How to take good photos: 10 simple ways to boost your hit rate

    | Photography Tips | 21/02/2014 00:01am

    How to take good photos: 02 Get composition spot-on every time

    How to take good photos: 02 Get composition spot-on every time

    Image by Gary MacParland

    Whenever you look through your camera’s viewfinder, or line up a shot on the LCD screen, you take your first step towards composing a shot.

    There are lots of long-standing ‘rules’ regarding photo composition, many – such as the Golden Spiral and Golden Section – going back to classic painting techniques.

    Perhaps the most widely used rules in photography, and certainly one of the easiest to work with in the field, is the Rule of Thirds: it’s simple, yet effective.

    Just imagine two lines crossing the frame horizontally, and two crossing it vertically to divide it into thirds.

    Positioning key elements on these lines, such as a horizon on one of the horizontal lines, can produce a more dynamic image than having something dead centre in the frame.

    Placing key elements at the point where the lines intersect also serves as a powerful compositional device.

    SEE MORE: How to compose a photograph – start seeing images where you never saw them before

    Drawing the eye in
    Using leading lines and foreground interest can also strengthen a picture. Whether it’s a stream winding away from the camera position, a wall receding into the distance, or the implied leading line of a subject looking into the distance, these will all help to draw a viewer’s eye into a picture – perhaps to a more distant feature that you want to highlight.

    SEE MORE: Leading lines – photography’s most underrated composition device

    At the same time, you don’t want to have a large, blank space in the foreground, so look for something interesting to fill the bottom of the frame and link this to the main subject.

    If it’s a landscape you’re shooting, you could look for wild flowers or lichen-covered rocks to add interest in a pastoral photograph, or maybe even something that jars with the image – a discarded carrier bag or some litter will say something equally valid about people’s interaction with the natural environment.

    And don’t forget to use your feet to find the perfect position to shoot from.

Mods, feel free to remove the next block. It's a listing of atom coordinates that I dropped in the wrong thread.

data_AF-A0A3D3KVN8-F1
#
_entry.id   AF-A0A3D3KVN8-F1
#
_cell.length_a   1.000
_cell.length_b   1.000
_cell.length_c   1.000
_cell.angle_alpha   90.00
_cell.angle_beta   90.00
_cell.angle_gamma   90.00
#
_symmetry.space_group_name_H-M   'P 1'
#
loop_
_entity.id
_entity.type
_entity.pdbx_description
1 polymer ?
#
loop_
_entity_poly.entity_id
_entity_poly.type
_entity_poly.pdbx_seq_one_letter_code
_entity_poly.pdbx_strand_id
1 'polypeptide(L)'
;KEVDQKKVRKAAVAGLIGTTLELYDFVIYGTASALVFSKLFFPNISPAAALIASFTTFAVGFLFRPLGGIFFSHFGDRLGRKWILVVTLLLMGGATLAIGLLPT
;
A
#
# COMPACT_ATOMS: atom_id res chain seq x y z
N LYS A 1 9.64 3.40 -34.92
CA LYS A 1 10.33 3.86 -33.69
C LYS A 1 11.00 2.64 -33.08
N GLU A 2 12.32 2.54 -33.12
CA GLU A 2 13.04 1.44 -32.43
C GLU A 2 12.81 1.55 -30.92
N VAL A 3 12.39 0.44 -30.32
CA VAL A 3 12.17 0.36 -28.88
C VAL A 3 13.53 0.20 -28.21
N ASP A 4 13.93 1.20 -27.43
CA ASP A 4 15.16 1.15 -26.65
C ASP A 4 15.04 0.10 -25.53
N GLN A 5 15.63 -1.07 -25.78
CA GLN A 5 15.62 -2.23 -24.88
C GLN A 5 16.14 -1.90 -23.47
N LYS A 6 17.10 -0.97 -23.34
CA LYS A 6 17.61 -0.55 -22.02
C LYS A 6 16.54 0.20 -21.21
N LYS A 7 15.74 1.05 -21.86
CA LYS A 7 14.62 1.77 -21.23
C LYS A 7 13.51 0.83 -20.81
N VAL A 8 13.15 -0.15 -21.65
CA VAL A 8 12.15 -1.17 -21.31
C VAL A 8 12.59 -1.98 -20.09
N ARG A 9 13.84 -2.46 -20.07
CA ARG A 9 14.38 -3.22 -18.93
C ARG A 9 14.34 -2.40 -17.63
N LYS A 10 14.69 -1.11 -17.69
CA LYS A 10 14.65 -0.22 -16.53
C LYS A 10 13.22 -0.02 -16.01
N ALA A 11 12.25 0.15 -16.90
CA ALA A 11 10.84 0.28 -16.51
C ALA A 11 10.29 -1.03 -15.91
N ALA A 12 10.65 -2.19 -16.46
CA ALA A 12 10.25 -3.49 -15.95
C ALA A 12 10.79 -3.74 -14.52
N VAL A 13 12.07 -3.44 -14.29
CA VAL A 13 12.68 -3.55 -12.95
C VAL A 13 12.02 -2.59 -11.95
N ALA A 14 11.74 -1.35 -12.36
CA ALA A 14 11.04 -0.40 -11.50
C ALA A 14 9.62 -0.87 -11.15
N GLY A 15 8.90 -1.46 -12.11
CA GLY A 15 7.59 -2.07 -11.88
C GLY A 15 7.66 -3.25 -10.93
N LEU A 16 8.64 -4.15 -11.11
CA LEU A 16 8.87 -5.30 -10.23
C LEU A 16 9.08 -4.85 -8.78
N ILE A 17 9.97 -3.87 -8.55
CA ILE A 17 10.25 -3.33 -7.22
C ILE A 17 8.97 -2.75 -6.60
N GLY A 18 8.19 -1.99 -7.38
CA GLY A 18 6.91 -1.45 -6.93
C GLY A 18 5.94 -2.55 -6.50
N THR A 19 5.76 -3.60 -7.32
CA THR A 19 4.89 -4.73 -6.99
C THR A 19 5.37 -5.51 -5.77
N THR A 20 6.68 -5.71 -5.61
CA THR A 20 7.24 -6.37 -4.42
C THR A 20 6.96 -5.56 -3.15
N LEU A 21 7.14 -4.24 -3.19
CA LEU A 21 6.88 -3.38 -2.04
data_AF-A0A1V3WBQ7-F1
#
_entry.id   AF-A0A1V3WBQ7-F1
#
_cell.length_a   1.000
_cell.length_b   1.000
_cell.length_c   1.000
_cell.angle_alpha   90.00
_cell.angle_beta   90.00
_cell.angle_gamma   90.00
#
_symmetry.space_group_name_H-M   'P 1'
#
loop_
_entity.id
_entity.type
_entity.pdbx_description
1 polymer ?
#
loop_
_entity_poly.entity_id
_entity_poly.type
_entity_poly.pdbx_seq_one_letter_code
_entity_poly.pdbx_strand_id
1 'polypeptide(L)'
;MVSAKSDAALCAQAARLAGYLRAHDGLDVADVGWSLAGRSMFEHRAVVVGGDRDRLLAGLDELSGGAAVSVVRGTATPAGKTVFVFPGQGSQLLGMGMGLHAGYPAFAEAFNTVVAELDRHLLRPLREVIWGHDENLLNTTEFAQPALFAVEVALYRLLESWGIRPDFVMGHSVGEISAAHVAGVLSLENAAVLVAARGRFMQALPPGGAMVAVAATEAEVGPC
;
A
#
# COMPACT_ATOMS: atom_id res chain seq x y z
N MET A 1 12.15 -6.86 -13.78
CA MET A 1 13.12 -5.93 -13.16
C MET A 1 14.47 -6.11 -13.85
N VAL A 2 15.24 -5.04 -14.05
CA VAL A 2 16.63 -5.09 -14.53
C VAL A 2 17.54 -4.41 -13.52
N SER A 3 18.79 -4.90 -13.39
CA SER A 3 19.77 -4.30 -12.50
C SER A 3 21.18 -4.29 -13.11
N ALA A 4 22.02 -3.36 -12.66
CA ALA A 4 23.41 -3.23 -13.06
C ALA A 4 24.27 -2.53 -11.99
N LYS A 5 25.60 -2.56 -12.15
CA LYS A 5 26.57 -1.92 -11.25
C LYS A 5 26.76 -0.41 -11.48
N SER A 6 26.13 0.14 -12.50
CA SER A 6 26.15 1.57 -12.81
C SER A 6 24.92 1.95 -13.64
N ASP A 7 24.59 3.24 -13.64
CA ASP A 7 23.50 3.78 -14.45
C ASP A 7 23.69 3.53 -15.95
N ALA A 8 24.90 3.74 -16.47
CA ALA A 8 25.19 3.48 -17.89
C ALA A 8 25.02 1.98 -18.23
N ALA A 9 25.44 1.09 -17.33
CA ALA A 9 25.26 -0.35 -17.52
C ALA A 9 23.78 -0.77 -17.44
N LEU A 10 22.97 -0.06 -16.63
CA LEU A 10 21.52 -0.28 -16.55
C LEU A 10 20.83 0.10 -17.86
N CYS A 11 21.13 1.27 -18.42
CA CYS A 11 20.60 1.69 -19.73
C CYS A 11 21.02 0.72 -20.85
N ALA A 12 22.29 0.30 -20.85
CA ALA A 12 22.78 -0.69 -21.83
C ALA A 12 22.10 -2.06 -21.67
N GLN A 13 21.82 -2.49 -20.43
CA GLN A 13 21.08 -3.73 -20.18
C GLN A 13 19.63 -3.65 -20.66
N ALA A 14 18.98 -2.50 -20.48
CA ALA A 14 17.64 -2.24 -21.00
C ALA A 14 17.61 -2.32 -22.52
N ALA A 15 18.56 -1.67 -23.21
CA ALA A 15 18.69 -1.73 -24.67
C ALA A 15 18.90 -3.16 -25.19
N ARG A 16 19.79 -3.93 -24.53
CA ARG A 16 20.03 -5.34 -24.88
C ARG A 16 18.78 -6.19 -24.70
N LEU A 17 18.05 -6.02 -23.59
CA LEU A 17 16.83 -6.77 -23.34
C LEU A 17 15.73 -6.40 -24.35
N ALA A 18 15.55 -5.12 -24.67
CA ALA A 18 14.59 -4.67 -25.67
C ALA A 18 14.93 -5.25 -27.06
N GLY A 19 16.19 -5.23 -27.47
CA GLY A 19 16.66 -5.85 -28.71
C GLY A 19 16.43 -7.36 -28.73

SEE MORE: Camera composition tips – how to shoot 1 subject in 6 different ways

    Above all, when you look through the viewfinder you should be aware of everything you’re looking at – not just the subject, but the way the various picture elements work to attract the eye and whether there are any distractions creeping into the edges of the frame.

    Sure, you can crop or clone these out later, but zooming in slightly or taking a step to one side to exclude something isn’t difficult, and highlights the difference between a good photographer and a digital retoucher.

    While it can get boring when used in a formulaic way, there’s no doubt that the Rule of Thirds is a valuable tool in your compositional repertoire. This boat would have looked much less attractive if plonked dead centre!

    SEE MORE: The 10 Commandments of Landscape Photography (and how to break them)

    How to take good photos: use the Golden Spiral technique

    Golden spiral
    The Golden Spiral is a time-honoured way of creating more visually harmonious compositions. The Rule of Thirds is a simplified version of this ancient formula.

    How to take good photos: 01 Think about your shots
    How to take good photos: 02 Get composition spot-on every time
    How to take good photos: 03 Ensure your basic camera functions are set correctly
    How to take good photos: 04 Use aperture to control depth of field
    How to take good photos: 05 Use shutter speeds for creative effect
    How to take good photos: 06 Get the white balance right
    How to take good photos: 07 Get your camera’s ISO settings right
    How to take good photos: 08 Take control of focus
    How to take good photos: 09 Assess your shots in-camera
    How to take good photos: 10 Review and edit your images


    Shape photography: how to balance your compositions and when to break the rules
    Forced perspective: fun photography effects you can achieve with any camera
    Camera angles: 5 ways to add impact with unusual perspectives
    Balanced pictures: using color, shape and light for perfect composition
    Portrait composition: how to compose a stunning portrait

    Posted on Friday, February 21st, 2014 at 12:01 am under Photography Tips.

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